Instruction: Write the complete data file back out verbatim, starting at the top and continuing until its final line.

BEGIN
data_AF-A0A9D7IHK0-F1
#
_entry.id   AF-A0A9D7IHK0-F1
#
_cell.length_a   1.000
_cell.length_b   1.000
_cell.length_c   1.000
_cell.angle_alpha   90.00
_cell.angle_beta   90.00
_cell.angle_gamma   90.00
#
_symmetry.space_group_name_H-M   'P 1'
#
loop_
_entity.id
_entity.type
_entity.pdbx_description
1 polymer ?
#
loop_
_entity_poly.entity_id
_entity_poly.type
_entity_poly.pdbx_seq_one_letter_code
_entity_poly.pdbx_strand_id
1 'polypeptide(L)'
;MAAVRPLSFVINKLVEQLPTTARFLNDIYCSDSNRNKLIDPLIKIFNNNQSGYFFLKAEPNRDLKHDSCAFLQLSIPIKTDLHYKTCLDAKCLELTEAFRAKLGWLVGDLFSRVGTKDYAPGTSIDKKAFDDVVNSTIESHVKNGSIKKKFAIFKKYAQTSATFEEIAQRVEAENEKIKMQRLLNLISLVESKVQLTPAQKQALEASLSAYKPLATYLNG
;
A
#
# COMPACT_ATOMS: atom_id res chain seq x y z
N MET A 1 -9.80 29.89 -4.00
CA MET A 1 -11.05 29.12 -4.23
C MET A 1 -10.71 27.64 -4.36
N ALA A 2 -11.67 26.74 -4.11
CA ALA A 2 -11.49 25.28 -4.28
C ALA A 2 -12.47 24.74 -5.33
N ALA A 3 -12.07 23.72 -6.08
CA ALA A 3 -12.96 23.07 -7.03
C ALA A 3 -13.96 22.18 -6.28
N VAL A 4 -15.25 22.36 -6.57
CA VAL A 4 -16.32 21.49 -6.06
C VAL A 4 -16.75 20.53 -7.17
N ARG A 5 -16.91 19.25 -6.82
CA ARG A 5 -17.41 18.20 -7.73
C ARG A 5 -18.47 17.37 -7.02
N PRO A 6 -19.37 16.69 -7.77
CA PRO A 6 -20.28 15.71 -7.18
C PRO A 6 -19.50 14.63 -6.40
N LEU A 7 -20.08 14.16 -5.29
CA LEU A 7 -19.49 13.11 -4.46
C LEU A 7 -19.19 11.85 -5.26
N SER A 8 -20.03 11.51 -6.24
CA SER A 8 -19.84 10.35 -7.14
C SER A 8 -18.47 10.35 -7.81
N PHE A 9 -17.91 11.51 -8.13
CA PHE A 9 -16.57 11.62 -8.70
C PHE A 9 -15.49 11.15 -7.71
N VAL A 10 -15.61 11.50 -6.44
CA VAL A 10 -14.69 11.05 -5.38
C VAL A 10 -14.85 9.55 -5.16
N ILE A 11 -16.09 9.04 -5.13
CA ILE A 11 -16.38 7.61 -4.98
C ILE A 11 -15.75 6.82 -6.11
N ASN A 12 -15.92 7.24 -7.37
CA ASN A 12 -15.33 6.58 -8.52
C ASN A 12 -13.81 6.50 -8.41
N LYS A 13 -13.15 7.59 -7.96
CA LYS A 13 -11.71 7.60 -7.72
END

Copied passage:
data_AF-A0A9D7IHK0-F1
#
_entry.id   AF-A0A9D7IHK0-F1
#
_cell.length_a   1.000
_cell.length_b   1.000
_cell.length_c   1.000
_cell.angle_alpha   90.00
_cell.angle_beta   90.00
_cell.angle_gamma   90.00
#
_symmetry.space_group_name_H-M   'P 1'
#
loop_
_entity.id
_entity.type
_entity.pdbx_description
1 polymer ?
#
loop_
_entity_poly.entity_id
_entity_poly.type
_entity_poly.pdbx_seq_one_letter_code
_entity_poly.pdbx_strand_id
1 'polypeptide(L)'
;MAAVRPLSFVINKLVEQLPTTARFLNDIYCSDSNRNKLIDPLIKIFNNNQSGYFFLKAEPNRDLKHDSCAFLQLSIPIKTDLHYKTCLDAKCLELTEAFRAKLGWLVGDLFSRVGTKDYAPGTSIDKKAFDDVVNSTIESHVKNGSIKKKFAIFKKYAQTSATFEEIAQRVEAENEKIKMQRLLNLISLVESKVQLTPAQKQALEASLSAYKPLATYLNG
;
A
#
# COMPACT_ATOMS: atom_id res chain seq x y z
N MET A 1 -9.80 29.89 -4.00
CA MET A 1 -11.05 29.12 -4.23
C MET A 1 -10.71 27.64 -4.36
N ALA A 2 -11.67 26.74 -4.11
CA ALA A 2 -11.49 25.28 -4.28
C ALA A 2 -12.47 24.74 -5.33
N ALA A 3 -12.07 23.72 -6.08
CA ALA A 3 -12.96 23.07 -7.03
C ALA A 3 -13.96 22.18 -6.28
N VAL A 4 -15.25 22.36 -6.57
CA VAL A 4 -16.32 21.49 -6.06
C VAL A 4 -16.75 20.53 -7.17
N ARG A 5 -16.91 19.25 -6.82
CA ARG A 5 -17.41 18.20 -7.73
C ARG A 5 -18.47 17.37 -7.02
N PRO A 6 -19.37 16.69 -7.77
CA PRO A 6 -20.28 15.71 -7.18
C PRO A 6 -19.50 14.63 -6.40
N LEU A 7 -20.08 14.16 -5.29
CA LEU A 7 -19.49 13.11 -4.46
C LEU A 7 -19.19 11.85 -5.26
N SER A 8 -20.03 11.51 -6.24
CA SER A 8 -19.84 10.35 -7.14
C SER A 8 -18.47 10.35 -7.81
N PHE A 9 -17.91 11.51 -8.13
CA PHE A 9 -16.57 11.62 -8.70
C PHE A 9 -15.49 11.15 -7.71
N VAL A 10 -15.61 11.50 -6.44
CA VAL A 10 -14.69 11.05 -5.38
C VAL A 10 -14.85 9.55 -5.16
N ILE A 11 -16.09 9.04 -5.13
CA ILE A 11 -16.38 7.61 -4.98
C ILE A 11 -15.75 6.82 -6.11
N ASN A 12 -15.92 7.24 -7.37
CA ASN A 12 -15.33 6.58 -8.52
C ASN A 12 -13.81 6.50 -8.41
N LYS A 13 -13.15 7.59 -7.96
CA LYS A 13 -11.71 7.60 -7.72